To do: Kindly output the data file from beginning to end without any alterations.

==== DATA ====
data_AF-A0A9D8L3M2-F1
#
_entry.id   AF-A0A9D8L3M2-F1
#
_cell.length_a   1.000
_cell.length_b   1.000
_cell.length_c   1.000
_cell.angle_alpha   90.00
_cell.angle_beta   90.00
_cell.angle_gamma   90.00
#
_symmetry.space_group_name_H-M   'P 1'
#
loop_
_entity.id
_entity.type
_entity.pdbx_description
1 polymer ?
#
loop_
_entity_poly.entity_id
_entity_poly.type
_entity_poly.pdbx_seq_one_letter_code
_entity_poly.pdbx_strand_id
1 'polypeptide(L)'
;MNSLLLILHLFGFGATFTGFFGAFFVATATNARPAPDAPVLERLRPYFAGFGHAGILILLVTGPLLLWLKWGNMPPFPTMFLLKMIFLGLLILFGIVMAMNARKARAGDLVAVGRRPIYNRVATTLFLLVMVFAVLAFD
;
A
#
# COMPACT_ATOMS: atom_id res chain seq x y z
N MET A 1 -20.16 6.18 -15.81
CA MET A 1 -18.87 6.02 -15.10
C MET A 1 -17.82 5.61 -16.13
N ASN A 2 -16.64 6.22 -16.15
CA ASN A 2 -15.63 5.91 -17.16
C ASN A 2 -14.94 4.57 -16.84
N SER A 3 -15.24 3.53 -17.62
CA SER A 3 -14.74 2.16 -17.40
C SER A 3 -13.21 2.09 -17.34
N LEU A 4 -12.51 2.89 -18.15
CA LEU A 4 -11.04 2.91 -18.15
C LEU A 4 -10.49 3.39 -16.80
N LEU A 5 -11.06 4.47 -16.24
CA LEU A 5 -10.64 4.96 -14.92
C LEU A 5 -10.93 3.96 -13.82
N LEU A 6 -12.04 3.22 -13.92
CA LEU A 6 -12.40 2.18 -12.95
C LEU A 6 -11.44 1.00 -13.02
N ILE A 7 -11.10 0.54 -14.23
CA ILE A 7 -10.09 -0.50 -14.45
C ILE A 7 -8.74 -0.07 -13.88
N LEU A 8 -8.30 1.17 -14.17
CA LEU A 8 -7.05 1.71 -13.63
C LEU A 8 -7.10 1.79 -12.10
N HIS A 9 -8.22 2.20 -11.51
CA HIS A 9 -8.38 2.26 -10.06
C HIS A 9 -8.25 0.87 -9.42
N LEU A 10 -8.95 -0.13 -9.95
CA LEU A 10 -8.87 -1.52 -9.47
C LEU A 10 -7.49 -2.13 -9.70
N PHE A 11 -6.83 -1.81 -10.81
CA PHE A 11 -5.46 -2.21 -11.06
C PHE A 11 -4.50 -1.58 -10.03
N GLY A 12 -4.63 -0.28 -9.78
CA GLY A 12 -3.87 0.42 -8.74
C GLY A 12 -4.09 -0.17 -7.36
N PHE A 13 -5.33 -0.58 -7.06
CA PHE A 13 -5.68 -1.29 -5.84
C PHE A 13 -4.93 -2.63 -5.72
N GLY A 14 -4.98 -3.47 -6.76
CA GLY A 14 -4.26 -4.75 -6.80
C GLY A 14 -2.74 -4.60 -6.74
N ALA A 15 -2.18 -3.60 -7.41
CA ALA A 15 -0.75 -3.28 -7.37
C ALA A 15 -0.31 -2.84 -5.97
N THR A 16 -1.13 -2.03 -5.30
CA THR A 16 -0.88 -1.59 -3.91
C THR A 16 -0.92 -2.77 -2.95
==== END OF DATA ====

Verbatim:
data_AF-A0A9D8L3M2-F1
#
_entry.id   AF-A0A9D8L3M2-F1
#
_cell.length_a   1.000
_cell.length_b   1.000
_cell.length_c   1.000
_cell.angle_alpha   90.00
_cell.angle_beta   90.00
_cell.angle_gamma   90.00
#
_symmetry.space_group_name_H-M   'P 1'
#
loop_
_entity.id
_entity.type
_entity.pdbx_description
1 polymer ?
#
loop_
_entity_poly.entity_id
_entity_poly.type
_entity_poly.pdbx_seq_one_letter_code
_entity_poly.pdbx_strand_id
1 'polypeptide(L)'
;MNSLLLILHLFGFGATFTGFFGAFFVATATNARPAPDAPVLERLRPYFAGFGHAGILILLVTGPLLLWLKWGNMPPFPTMFLLKMIFLGLLILFGIVMAMNARKARAGDLVAVGRRPIYNRVATTLFLLVMVFAVLAFD
;
A
#
# COMPACT_ATOMS: atom_id res chain seq x y z
N MET A 1 -20.16 6.18 -15.81
CA MET A 1 -18.87 6.02 -15.10
C MET A 1 -17.82 5.61 -16.13
N ASN A 2 -16.64 6.22 -16.15
CA ASN A 2 -15.63 5.91 -17.16
C ASN A 2 -14.94 4.57 -16.84
N SER A 3 -15.24 3.53 -17.62
CA SER A 3 -14.74 2.16 -17.40
C SER A 3 -13.21 2.09 -17.34
N LEU A 4 -12.51 2.89 -18.15
CA LEU A 4 -11.04 2.91 -18.15
C LEU A 4 -10.49 3.39 -16.80
N LEU A 5 -11.06 4.47 -16.24
CA LEU A 5 -10.64 4.96 -14.92
C LEU A 5 -10.93 3.96 -13.82
N LEU A 6 -12.04 3.22 -13.92
CA LEU A 6 -12.40 2.18 -12.95
C LEU A 6 -11.44 1.00 -13.02
N ILE A 7 -11.10 0.54 -14.23
CA ILE A 7 -10.09 -0.50 -14.45
C ILE A 7 -8.74 -0.07 -13.88
N LEU A 8 -8.30 1.17 -14.17
CA LEU A 8 -7.05 1.71 -13.63
C LEU A 8 -7.10 1.79 -12.10
N HIS A 9 -8.22 2.20 -11.51
CA HIS A 9 -8.38 2.26 -10.06
C HIS A 9 -8.25 0.87 -9.42
N LEU A 10 -8.95 -0.13 -9.95
CA LEU A 10 -8.87 -1.52 -9.47
C LEU A 10 -7.49 -2.13 -9.70
N PHE A 11 -6.83 -1.81 -10.81
CA PHE A 11 -5.46 -2.21 -11.06
C PHE A 11 -4.50 -1.58 -10.03
N GLY A 12 -4.63 -0.28 -9.78
CA GLY A 12 -3.87 0.42 -8.74
C GLY A 12 -4.09 -0.17 -7.36
N PHE A 13 -5.33 -0.58 -7.06
CA PHE A 13 -5.68 -1.29 -5.84
C PHE A 13 -4.93 -2.63 -5.72
N GLY A 14 -4.98 -3.47 -6.76
CA GLY A 14 -4.26 -4.75 -6.80
C GLY A 14 -2.74 -4.60 -6.74
N ALA A 15 -2.18 -3.60 -7.41
CA ALA A 15 -0.75 -3.28 -7.37
C ALA A 15 -0.31 -2.84 -5.97
N THR A 16 -1.13 -2.03 -5.30
CA THR A 16 -0.88 -1.59 -3.91
C THR A 16 -0.92 -2.77 -2.95